Former Georgia DA Jackie Johnson indicted over probe of Ahmaud Arbery killing
A painting by Ahmaud Arbery is on display during a vigil at New Springfield Baptist Church on February 23, 2021 in Waynesboro, GA.
Sean Rayford | Getty Images
A former Georgia prosecutor was charged Thursday for violating her oath of office and interfering with a police officer in connection with an investigation into the murder of Ahmaud Arbery, a black jogger who was shot and killed after three white men chased him in trucks.
Former Brunswick Judicial Circuit attorney Jackie Johnson is charged with favoring a defendant in the murder, retired police officer Greg McMichael, 65, who worked for her as an investigator.
The grand jury indictment states that Johnson recommended the appointment of a different district attorney to handle the case, without disclosing that she had previously used that attorney’s assistance in the Arbery investigation.
Johnson is also charged with improperly blocking the arrest of Travis McMichael, Greg’s son.
The McMichaels had followed and shot Arbery (25) in their truck on February 23, 2020 in Braunschweig.
The attack was filmed by a third man, William “Roddie” Bryan, who was driving behind them in another truck.
Travis McMichael shot Arbery three times with a shotgun.
Johnson was a prosecutor at the time of the assassination. Although she disqualified herself from handling the case as a prosecutor, the grand jury indictment states that she took several measures that ultimately delayed the arrests of McMichaels and Bryan.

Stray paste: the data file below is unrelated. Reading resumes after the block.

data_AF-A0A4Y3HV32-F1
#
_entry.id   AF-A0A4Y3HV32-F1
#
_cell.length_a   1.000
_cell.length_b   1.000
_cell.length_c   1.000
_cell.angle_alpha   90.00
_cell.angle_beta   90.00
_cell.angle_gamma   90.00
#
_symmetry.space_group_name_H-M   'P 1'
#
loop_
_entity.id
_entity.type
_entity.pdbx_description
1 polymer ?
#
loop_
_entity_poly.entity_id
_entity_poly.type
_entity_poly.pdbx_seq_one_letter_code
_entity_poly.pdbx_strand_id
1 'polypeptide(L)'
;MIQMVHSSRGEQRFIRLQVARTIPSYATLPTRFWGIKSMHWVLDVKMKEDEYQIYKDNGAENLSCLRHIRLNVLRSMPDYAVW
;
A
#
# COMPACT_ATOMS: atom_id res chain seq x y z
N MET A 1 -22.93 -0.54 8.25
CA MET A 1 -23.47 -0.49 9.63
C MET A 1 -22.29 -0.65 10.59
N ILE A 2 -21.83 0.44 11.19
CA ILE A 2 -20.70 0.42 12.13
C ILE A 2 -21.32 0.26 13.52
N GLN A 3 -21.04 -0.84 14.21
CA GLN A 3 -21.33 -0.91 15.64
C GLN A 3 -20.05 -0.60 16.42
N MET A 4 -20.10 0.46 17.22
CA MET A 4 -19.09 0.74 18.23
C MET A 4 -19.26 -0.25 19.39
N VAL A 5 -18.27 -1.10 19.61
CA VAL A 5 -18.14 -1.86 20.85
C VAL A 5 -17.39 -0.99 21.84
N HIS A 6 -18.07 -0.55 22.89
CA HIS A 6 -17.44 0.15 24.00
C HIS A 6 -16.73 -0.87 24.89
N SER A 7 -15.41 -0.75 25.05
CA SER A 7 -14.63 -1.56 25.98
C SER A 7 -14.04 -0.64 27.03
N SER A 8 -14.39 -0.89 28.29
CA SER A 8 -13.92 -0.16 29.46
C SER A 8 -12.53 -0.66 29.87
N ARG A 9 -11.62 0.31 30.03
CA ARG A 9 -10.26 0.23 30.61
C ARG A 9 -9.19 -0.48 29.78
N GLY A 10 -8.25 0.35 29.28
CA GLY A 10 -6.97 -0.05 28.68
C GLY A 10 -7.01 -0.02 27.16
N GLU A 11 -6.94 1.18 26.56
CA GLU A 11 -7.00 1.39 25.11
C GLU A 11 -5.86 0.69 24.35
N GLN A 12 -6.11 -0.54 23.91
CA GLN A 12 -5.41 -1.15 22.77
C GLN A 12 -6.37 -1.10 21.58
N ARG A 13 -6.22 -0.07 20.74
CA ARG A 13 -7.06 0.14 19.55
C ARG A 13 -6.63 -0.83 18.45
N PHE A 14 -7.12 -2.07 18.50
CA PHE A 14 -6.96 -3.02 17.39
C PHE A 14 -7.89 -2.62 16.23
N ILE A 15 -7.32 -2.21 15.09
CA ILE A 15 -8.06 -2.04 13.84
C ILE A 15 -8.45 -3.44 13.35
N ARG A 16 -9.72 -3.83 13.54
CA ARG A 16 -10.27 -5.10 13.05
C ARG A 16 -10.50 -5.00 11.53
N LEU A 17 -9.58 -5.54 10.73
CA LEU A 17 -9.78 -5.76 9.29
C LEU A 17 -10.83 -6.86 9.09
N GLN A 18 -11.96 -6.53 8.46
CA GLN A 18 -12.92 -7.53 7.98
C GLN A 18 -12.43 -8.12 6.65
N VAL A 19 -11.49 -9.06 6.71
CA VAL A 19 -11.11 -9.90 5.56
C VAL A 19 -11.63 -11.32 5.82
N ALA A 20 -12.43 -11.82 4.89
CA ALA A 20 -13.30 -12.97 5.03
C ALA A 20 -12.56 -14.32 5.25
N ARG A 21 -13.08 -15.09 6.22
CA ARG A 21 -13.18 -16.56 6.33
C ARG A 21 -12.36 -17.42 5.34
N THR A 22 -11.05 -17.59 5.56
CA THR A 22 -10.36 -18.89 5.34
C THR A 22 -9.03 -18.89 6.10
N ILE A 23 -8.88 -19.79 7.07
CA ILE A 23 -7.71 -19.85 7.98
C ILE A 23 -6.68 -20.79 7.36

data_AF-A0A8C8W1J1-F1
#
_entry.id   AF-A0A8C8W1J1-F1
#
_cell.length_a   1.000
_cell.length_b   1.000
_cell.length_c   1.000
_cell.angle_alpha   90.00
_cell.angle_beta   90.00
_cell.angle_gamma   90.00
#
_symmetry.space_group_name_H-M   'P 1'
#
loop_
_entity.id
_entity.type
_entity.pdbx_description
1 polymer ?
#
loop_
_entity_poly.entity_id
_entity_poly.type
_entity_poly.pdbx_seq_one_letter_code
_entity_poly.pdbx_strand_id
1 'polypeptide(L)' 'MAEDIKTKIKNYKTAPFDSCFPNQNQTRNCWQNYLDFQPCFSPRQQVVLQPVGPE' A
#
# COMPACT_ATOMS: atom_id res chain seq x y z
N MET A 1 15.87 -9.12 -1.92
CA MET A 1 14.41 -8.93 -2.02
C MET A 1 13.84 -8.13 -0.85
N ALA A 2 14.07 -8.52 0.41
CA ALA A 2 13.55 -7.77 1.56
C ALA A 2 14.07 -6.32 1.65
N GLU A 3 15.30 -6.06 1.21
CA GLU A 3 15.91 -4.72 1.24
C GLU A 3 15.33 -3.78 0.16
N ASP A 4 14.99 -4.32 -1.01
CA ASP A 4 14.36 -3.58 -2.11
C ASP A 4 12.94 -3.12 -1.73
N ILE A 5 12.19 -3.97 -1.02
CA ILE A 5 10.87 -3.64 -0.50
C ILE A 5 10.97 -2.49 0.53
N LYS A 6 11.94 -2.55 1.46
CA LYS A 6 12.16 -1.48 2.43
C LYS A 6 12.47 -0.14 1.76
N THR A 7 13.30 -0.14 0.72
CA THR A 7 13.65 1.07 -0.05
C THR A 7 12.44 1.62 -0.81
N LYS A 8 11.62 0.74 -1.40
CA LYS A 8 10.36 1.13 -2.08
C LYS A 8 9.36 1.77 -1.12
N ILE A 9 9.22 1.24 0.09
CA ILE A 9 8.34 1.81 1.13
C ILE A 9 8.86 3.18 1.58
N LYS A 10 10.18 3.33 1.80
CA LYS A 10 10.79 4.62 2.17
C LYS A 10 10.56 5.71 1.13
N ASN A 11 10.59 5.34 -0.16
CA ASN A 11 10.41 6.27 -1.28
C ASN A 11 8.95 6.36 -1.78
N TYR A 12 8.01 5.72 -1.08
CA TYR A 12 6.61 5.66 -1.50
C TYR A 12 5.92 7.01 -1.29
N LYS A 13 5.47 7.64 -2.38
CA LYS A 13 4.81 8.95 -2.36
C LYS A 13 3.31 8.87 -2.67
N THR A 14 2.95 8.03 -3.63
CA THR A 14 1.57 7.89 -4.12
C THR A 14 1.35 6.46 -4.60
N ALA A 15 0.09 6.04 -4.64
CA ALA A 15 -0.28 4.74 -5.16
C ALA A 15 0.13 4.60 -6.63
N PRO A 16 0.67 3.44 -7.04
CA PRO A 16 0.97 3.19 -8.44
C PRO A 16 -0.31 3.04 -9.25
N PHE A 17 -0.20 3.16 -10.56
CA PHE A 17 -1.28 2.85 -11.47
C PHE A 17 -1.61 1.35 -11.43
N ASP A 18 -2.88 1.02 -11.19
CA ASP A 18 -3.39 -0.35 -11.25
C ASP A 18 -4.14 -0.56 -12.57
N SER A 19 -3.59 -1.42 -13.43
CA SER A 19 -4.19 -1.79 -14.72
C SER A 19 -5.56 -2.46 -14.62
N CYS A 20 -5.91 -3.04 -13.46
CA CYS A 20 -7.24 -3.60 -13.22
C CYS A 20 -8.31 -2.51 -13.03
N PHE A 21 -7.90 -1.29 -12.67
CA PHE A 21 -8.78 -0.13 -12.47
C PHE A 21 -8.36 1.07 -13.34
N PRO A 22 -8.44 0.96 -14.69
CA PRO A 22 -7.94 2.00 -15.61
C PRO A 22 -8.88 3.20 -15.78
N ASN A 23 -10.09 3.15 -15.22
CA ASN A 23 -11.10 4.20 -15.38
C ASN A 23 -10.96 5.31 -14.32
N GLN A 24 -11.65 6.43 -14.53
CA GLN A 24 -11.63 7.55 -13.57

The case against Johnson was brought to the Glynn County Grand Jury by Attorney General Chris Carr.
“Our office is committed to ensuring that those entrusted with the service perform their duties ethically and honestly,” Carr said in a prepared statement Thursday.
“We thank the Georgia Bureau of Investigation and the Glynn County Grand Jury for their hard work. Although an indictment was returned today, our file is not closed and we will continue the investigation to seek justice,” he said.
The McMichaels, who claimed they thought Arbery was a burglar, were charged with murder in May 2020 after a third prosecutor, the Liberty County prosecutor, took over the case. Bryan was charged with murder later that month.
The three men who pleaded not guilty are due to begin their trial next month on the case.
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In April, both men were charged with hate crimes and attempted kidnapping by a federal grand jury along with Bryan.
Thursday’s indictment against Johnson states that following Arbery’s murder, she recommended that the Attorney General take the case to Waycross District Attorney George Barnhill “without disclosing that” she “was previously assisting Attorney Barnhill had claimed the case “.
The grand jury said Johnson had failed to “treat Arbery and his family fairly and with dignity”.
If convicted on these charges of violating a public official’s oath, Johnson faces a prison sentence of between one and five years.
Barnhill, after taking the case, had defended the behavior of the McMichaels and Bryan, writing to Glynn County police that the men had “a solid probable reason” for pursuing and stopping Arbery, a “burglar suspect”.
The indictment also states that Johnson knowingly and willingly obstructed the legal discharge of two Glynn County police officers “by ordering that Travis McMichael should not be arrested”.
If convicted for this offense, Johnson faces a prison sentence of up to one year.